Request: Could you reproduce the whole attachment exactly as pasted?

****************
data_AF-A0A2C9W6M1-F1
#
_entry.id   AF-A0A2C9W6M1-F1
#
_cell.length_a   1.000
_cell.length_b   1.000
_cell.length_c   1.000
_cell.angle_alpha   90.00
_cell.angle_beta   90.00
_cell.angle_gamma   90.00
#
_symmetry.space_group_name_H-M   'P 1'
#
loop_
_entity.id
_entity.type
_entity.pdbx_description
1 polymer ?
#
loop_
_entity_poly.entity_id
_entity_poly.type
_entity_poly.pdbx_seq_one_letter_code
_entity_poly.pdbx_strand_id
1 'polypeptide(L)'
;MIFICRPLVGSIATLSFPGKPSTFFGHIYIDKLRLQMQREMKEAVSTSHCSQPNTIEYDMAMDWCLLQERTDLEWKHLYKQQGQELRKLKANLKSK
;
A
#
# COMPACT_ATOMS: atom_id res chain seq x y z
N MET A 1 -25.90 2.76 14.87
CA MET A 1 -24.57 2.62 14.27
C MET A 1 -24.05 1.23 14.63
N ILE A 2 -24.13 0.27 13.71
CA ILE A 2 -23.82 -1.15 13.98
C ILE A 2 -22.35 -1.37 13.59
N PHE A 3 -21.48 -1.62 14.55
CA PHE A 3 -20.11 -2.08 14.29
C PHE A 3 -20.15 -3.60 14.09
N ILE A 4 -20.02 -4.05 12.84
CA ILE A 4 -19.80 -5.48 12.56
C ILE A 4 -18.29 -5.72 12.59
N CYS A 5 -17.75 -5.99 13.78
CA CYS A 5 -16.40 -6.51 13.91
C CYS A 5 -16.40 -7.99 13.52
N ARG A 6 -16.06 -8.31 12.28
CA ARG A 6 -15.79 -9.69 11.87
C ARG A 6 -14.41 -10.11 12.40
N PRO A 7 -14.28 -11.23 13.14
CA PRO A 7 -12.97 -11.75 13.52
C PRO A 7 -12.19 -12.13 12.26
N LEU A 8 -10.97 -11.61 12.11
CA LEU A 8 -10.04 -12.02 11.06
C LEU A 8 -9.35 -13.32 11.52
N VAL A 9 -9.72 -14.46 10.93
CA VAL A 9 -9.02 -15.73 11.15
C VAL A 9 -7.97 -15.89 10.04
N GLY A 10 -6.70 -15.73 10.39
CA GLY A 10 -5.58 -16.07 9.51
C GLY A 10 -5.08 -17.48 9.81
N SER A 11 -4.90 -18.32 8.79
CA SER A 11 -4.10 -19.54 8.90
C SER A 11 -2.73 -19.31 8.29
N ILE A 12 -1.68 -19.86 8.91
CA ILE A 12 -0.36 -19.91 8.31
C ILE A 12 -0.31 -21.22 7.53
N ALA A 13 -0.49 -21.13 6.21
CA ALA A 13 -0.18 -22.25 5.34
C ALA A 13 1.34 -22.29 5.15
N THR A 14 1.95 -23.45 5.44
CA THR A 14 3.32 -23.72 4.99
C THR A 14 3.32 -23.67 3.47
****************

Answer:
data_AF-A0A2C9W6M1-F1
#
_entry.id   AF-A0A2C9W6M1-F1
#
_cell.length_a   1.000
_cell.length_b   1.000
_cell.length_c   1.000
_cell.angle_alpha   90.00
_cell.angle_beta   90.00
_cell.angle_gamma   90.00
#
_symmetry.space_group_name_H-M   'P 1'
#
loop_
_entity.id
_entity.type
_entity.pdbx_description
1 polymer ?
#
loop_
_entity_poly.entity_id
_entity_poly.type
_entity_poly.pdbx_seq_one_letter_code
_entity_poly.pdbx_strand_id
1 'polypeptide(L)'
;MIFICRPLVGSIATLSFPGKPSTFFGHIYIDKLRLQMQREMKEAVSTSHCSQPNTIEYDMAMDWCLLQERTDLEWKHLYKQQGQELRKLKANLKSK
;
A
#
# COMPACT_ATOMS: atom_id res chain seq x y z
N MET A 1 -25.90 2.76 14.87
CA MET A 1 -24.57 2.62 14.27
C MET A 1 -24.05 1.23 14.63
N ILE A 2 -24.13 0.27 13.71
CA ILE A 2 -23.82 -1.15 13.98
C ILE A 2 -22.35 -1.37 13.59
N PHE A 3 -21.48 -1.62 14.55
CA PHE A 3 -20.11 -2.08 14.29
C PHE A 3 -20.15 -3.60 14.09
N ILE A 4 -20.02 -4.05 12.84
CA ILE A 4 -19.80 -5.48 12.56
C ILE A 4 -18.29 -5.72 12.59
N CYS A 5 -17.75 -5.99 13.78
CA CYS A 5 -16.40 -6.51 13.91
C CYS A 5 -16.40 -7.99 13.52
N ARG A 6 -16.06 -8.31 12.28
CA ARG A 6 -15.79 -9.69 11.87
C ARG A 6 -14.41 -10.11 12.40
N PRO A 7 -14.28 -11.23 13.14
CA PRO A 7 -12.97 -11.75 13.52
C PRO A 7 -12.19 -12.13 12.26
N LEU A 8 -10.97 -11.61 12.11
CA LEU A 8 -10.04 -12.02 11.06
C LEU A 8 -9.35 -13.32 11.52
N VAL A 9 -9.72 -14.46 10.93
CA VAL A 9 -9.02 -15.73 11.15
C VAL A 9 -7.97 -15.89 10.04
N GLY A 10 -6.70 -15.73 10.39
CA GLY A 10 -5.58 -16.07 9.51
C GLY A 10 -5.08 -17.48 9.81
N SER A 11 -4.90 -18.32 8.79
CA SER A 11 -4.10 -19.54 8.90
C SER A 11 -2.73 -19.31 8.29
N ILE A 12 -1.68 -19.86 8.91
CA ILE A 12 -0.36 -19.91 8.31
C ILE A 12 -0.31 -21.22 7.53
N ALA A 13 -0.49 -21.13 6.21
CA ALA A 13 -0.18 -22.25 5.34
C ALA A 13 1.34 -22.29 5.15
N THR A 14 1.95 -23.45 5.44
CA THR A 14 3.32 -23.72 4.99
C THR A 14 3.32 -23.67 3.47